On October 4, 1957, a 34-foot-tall Soviet rocket lifted off the Earth from a Cosmodrome in present-day Kazakhstan. It’s payload, a shiny silver globe with four external antenna masts to broadcast a repeating radio chirp back to Earth. The Soviets called it Prosteyshiy Sputnik 1 — “Simple Satellite 1.”
The world’s first successful orbiting satellite was tiny, just 22 inches in diameter and weighing 184 pounds. But it’s “beep-beep — beep-beep” signal was rebroadcast everywhere, and easy to pick up directly by shortwave radio. Sputnik could also be seen in orbit by the naked eye, the sun glinting off its polished shell. In the moment a person first heard or saw Sputnik, they were catapulted into a new and different world. For 21 days Sputnik circled our planet, captured our imaginations, re-shaped American national priorities, and changed the order of our lives. The Space Race began. NASA opened for business one year later. Within twelve years, Apollo 11 delivered two Americans to the Moon.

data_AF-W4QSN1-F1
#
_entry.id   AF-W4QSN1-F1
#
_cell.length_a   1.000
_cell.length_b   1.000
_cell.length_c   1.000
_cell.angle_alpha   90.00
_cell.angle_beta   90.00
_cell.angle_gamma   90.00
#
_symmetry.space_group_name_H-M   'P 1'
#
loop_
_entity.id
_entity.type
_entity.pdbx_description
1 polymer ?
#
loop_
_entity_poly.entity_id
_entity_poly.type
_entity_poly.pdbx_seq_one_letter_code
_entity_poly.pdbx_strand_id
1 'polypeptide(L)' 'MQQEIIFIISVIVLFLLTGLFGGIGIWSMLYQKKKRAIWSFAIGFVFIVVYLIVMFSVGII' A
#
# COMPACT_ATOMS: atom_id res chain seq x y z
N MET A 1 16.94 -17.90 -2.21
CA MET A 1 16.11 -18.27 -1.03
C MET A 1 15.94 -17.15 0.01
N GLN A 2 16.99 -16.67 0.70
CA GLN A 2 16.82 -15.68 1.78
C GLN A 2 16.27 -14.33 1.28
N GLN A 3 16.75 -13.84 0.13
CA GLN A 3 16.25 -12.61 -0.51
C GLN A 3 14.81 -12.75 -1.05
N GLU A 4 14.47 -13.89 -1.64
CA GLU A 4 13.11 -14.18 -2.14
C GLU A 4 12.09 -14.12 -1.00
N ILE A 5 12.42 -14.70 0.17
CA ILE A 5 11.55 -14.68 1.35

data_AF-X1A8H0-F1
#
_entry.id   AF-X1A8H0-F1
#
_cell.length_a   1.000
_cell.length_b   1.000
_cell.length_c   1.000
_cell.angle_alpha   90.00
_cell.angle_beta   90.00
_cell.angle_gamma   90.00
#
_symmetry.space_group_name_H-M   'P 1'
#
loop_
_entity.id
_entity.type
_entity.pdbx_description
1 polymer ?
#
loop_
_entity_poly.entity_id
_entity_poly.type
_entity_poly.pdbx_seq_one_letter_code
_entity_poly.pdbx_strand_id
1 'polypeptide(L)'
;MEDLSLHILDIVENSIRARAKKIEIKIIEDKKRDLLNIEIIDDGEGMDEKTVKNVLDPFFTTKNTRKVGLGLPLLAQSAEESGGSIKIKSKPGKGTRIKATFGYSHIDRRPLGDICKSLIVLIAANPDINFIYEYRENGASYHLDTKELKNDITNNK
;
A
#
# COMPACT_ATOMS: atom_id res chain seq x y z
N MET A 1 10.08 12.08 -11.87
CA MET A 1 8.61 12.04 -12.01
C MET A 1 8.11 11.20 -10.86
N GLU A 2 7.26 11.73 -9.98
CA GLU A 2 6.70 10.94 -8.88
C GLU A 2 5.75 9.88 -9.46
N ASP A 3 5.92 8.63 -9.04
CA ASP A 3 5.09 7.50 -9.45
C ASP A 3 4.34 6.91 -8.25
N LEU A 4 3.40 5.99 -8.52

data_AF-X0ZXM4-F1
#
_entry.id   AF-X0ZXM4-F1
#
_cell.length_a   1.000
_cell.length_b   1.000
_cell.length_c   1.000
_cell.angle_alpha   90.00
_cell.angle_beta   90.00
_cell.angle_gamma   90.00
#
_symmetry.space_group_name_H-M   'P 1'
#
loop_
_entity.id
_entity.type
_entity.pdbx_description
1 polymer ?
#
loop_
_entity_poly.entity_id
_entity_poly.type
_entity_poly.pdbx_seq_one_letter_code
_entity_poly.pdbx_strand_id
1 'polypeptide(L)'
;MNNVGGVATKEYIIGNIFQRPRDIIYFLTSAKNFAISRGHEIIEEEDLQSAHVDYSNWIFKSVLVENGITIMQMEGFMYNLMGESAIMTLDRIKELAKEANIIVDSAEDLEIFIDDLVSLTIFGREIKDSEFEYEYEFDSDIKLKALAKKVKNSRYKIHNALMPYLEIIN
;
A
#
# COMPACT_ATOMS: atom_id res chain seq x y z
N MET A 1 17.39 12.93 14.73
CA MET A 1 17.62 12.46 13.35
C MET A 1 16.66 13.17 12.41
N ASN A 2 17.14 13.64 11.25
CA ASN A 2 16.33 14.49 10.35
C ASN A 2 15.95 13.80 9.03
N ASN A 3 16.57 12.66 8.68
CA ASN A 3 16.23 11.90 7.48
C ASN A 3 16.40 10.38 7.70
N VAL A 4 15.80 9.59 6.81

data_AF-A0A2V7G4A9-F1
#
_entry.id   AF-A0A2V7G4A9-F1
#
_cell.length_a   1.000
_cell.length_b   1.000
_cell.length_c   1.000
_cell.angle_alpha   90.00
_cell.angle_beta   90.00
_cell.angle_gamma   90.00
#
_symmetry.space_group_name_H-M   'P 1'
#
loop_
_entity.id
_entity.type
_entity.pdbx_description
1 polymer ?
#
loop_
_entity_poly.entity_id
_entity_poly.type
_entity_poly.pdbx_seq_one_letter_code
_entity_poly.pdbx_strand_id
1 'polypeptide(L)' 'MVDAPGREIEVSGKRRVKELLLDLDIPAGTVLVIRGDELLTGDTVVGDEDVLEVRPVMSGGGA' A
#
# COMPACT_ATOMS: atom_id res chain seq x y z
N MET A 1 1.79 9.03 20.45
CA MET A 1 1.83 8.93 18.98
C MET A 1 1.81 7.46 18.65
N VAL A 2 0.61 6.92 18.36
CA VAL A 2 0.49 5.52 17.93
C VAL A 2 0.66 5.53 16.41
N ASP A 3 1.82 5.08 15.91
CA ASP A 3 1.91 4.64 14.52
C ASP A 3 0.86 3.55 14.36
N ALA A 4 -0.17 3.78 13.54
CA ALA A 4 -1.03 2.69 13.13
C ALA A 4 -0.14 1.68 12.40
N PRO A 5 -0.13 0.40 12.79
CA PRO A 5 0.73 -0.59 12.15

Back to the present-day Planet Earth. You are a lawyer on a jury trial. Opening arguments begin tomorrow. How will you capture the attention of your audience of jurors? How will you get them to pay close attention, to focus on what matters most for your client? Even the best storyteller struggles with this. And to be honest, many trial presentations are, by their nature, not exactly heart-stopping. Plan for that. Find an element of the narrative that commands attention from the jurors, that challenges them to think deeply and to care genuinely about what is going on in that courtroom. Capture the jurors’ attention in that moment, and you can have it again later, coming back to that moment when the story struggles to engage the listener. Give jurors that moment they crave, that leaves them changed by something they just heard or saw. Make jurors feel that the trial matters in someone’s life, even in their own lives. Mark the spot in the case that separates life “before” and life “after.” What is your “Sputnik” moment?